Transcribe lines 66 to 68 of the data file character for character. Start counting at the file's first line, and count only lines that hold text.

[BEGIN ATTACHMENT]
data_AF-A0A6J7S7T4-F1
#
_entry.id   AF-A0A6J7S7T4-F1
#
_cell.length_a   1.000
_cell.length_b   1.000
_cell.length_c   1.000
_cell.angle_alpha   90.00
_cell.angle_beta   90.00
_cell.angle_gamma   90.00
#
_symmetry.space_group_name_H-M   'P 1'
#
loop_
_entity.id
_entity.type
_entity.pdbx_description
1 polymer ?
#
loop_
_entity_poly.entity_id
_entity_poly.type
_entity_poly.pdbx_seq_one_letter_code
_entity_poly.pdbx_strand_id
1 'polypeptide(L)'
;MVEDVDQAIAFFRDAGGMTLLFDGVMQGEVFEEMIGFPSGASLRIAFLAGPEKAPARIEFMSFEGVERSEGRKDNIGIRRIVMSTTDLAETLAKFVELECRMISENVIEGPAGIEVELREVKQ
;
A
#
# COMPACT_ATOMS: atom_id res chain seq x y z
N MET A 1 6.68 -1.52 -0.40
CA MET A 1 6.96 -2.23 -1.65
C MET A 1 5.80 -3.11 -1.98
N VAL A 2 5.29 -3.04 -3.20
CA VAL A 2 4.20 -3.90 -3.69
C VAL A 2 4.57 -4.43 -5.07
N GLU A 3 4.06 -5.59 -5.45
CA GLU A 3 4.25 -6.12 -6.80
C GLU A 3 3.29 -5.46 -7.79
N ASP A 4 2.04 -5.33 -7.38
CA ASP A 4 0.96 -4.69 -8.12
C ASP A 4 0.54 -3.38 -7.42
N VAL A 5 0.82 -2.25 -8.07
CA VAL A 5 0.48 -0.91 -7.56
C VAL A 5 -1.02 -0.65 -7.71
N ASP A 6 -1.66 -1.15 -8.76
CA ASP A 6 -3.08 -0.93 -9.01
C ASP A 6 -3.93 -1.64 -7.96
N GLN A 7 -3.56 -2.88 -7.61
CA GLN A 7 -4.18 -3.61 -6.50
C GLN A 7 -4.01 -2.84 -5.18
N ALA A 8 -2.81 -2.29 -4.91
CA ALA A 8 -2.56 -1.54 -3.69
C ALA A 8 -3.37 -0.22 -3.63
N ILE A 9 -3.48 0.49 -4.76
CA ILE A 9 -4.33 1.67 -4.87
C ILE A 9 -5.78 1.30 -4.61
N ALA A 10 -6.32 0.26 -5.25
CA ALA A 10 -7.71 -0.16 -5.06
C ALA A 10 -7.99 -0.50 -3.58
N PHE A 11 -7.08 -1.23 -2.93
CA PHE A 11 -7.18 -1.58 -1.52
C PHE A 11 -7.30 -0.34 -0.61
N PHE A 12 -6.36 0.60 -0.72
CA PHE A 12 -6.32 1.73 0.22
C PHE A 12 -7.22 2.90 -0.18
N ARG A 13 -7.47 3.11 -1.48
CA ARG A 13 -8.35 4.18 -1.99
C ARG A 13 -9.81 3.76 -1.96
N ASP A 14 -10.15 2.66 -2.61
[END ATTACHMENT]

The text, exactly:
C PHE A 12 -7.22 2.90 -0.18
N ARG A 13 -7.47 3.11 -1.48
CA ARG A 13 -8.35 4.18 -1.99